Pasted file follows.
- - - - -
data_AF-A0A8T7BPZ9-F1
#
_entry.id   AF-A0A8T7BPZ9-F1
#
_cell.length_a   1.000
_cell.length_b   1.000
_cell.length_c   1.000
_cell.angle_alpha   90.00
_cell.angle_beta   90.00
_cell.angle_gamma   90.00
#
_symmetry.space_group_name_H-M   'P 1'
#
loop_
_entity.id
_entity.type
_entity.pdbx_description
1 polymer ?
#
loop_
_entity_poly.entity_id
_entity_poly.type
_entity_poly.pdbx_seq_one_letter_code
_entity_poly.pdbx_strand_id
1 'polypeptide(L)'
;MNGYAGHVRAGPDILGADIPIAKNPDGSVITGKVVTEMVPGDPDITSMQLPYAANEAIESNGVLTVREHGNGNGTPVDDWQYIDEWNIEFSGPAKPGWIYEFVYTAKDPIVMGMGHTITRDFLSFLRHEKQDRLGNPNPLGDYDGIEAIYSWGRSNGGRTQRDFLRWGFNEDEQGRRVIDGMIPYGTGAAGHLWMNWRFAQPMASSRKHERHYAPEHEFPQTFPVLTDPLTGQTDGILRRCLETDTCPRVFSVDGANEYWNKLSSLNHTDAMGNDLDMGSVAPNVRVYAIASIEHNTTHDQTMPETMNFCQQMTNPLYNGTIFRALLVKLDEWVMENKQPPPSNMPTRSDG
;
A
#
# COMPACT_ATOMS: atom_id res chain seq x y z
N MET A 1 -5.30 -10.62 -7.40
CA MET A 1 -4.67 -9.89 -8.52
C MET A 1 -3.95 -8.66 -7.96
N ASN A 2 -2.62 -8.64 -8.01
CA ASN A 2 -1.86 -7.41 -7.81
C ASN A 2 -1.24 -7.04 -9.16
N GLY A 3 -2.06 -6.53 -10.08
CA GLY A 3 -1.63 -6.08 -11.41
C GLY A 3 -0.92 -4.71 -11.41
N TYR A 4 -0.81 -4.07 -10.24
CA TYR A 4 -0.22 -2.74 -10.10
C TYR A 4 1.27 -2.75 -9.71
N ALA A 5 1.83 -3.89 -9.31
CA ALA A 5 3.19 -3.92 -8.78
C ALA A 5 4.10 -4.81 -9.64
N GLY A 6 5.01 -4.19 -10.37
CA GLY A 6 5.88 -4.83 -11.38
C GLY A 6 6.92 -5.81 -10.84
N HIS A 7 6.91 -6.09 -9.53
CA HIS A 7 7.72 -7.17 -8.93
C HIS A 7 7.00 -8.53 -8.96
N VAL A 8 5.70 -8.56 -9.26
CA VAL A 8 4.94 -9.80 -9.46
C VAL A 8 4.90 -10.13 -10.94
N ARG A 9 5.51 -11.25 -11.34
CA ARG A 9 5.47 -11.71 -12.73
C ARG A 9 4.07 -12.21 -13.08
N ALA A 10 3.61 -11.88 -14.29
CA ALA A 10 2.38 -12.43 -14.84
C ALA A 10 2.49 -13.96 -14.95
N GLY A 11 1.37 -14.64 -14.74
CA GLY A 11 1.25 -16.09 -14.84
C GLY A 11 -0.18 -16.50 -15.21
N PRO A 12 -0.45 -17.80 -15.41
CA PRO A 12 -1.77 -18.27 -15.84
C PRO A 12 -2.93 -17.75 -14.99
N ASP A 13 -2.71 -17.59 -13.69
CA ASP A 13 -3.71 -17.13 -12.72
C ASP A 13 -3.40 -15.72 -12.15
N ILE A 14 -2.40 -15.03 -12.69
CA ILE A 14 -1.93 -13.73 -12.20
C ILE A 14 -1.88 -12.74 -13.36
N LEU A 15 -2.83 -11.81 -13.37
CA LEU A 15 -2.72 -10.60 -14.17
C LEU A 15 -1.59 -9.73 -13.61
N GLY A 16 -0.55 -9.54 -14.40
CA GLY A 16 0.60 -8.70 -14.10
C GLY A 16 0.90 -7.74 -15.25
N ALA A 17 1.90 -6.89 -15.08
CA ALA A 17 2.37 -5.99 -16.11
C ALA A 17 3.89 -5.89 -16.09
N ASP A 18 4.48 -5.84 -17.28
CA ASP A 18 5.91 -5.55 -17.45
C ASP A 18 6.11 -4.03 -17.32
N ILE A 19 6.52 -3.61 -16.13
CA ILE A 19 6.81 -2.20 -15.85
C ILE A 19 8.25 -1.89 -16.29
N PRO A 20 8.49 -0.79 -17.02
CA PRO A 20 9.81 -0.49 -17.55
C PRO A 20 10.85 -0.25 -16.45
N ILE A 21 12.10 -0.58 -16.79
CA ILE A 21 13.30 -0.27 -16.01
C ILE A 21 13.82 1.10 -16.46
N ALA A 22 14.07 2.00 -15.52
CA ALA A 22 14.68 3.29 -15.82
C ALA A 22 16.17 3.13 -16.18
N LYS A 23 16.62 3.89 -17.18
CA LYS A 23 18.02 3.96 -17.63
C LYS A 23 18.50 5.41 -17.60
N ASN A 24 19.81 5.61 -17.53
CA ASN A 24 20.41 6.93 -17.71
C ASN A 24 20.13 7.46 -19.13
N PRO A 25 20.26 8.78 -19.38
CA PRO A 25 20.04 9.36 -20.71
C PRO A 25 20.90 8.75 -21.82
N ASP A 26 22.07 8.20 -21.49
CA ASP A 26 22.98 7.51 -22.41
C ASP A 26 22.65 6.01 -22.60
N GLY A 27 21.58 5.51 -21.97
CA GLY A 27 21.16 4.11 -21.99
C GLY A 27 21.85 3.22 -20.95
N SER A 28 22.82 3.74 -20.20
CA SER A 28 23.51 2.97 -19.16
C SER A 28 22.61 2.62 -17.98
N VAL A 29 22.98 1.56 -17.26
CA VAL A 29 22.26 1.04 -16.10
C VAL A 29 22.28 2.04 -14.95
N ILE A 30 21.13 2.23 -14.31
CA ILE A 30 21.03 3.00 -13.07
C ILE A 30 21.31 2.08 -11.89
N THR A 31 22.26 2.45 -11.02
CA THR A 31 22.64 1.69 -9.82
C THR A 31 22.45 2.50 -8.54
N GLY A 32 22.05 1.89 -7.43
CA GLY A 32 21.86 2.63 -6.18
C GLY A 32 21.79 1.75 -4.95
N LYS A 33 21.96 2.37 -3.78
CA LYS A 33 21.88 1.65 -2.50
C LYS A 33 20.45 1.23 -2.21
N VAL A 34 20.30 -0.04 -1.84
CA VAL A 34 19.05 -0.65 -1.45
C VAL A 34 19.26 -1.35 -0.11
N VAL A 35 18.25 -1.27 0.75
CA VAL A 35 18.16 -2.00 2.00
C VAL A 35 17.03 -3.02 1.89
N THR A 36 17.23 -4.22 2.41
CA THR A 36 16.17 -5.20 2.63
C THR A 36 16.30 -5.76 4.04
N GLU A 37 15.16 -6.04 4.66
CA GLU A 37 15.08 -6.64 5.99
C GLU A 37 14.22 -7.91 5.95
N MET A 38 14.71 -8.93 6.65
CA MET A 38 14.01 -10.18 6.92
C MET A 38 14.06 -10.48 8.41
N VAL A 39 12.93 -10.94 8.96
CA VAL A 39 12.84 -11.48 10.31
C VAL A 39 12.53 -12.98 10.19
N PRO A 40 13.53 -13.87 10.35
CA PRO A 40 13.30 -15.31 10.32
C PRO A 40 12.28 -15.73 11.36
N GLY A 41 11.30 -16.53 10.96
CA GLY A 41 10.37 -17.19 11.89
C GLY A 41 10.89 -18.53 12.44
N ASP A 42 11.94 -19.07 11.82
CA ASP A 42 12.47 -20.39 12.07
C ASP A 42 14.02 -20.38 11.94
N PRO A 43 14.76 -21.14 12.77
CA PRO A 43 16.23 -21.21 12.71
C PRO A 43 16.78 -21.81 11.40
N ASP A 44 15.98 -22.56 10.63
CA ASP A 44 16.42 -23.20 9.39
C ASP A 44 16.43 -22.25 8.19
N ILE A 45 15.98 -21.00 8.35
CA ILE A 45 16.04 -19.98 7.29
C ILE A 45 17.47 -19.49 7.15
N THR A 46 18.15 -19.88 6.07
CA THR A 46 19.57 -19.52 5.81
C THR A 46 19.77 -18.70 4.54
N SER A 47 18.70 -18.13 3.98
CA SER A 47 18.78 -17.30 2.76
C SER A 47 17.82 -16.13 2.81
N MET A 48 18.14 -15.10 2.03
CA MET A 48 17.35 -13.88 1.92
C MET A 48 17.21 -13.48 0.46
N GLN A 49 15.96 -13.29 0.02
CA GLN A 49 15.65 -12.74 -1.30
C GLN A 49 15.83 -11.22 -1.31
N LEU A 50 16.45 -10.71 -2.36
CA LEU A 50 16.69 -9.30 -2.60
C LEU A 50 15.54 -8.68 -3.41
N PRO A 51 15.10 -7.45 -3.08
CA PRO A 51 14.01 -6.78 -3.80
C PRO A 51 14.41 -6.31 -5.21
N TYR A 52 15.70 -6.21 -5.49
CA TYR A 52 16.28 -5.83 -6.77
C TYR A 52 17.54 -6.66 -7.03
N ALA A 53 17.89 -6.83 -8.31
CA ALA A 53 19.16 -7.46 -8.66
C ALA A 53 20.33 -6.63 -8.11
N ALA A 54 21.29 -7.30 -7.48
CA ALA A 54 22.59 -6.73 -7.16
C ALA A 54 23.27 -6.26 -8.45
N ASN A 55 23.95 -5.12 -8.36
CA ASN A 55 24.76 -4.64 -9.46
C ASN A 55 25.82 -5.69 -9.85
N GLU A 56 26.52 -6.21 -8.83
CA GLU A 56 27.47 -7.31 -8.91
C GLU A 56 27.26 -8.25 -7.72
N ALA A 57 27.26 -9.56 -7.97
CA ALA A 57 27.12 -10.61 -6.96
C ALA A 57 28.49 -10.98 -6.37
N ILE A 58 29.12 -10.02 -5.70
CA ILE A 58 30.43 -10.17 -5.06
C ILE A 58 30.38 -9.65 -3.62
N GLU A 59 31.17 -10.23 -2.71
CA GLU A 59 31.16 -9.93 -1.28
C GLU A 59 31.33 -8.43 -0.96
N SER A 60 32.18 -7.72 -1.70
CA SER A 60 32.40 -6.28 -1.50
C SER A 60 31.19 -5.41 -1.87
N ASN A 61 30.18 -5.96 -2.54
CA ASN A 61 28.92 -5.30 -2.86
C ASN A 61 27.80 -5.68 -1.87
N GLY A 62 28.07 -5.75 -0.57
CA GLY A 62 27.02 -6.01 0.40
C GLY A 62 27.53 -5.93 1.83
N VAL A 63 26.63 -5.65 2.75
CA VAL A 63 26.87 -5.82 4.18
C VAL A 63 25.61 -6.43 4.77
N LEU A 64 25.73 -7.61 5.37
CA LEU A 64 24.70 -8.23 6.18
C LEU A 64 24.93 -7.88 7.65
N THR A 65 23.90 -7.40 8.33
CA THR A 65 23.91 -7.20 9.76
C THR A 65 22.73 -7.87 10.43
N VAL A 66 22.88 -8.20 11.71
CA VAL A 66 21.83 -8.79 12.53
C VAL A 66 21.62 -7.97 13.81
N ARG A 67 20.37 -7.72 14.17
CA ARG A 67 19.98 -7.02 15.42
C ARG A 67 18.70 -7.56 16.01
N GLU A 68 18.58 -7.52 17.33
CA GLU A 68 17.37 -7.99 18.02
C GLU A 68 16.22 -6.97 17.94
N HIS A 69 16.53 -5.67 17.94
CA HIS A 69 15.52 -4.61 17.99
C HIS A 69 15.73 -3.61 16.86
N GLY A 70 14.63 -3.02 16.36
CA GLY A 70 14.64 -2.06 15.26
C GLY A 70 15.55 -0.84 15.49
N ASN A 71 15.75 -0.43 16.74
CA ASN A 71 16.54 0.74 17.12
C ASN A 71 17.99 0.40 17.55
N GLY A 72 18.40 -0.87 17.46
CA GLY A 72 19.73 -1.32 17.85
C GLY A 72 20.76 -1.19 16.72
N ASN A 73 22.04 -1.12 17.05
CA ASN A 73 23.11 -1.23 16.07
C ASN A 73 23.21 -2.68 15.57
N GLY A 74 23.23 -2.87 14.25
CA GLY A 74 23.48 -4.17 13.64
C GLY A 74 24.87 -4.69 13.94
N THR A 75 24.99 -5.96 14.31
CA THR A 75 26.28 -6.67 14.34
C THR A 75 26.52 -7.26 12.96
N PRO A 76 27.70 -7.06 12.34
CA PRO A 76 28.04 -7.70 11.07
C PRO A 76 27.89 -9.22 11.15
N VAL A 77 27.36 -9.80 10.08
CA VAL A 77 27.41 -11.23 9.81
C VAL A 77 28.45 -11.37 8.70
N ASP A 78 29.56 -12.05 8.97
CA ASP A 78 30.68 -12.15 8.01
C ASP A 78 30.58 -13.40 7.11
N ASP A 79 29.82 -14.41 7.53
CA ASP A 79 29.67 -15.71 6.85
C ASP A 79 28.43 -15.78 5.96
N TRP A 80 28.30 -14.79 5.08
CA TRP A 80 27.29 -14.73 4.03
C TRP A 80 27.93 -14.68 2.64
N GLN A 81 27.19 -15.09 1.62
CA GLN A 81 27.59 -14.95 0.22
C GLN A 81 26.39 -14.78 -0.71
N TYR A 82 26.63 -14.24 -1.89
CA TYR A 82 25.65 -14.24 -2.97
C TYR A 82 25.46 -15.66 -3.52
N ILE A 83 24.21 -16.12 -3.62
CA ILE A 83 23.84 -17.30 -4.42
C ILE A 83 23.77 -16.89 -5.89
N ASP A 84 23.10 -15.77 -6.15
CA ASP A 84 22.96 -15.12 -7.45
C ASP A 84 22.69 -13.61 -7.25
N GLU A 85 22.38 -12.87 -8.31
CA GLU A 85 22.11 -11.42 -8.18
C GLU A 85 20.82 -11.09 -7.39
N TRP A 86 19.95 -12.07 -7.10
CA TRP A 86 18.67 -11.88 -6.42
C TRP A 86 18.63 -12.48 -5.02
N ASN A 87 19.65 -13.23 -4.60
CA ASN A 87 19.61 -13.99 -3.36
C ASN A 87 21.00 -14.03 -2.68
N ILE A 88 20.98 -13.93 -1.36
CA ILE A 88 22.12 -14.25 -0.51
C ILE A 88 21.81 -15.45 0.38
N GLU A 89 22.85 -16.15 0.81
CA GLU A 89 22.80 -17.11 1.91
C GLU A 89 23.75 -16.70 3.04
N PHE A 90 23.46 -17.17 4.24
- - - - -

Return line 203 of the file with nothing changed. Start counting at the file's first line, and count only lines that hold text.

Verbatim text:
CA ILE A 58 30.43 -10.17 -5.06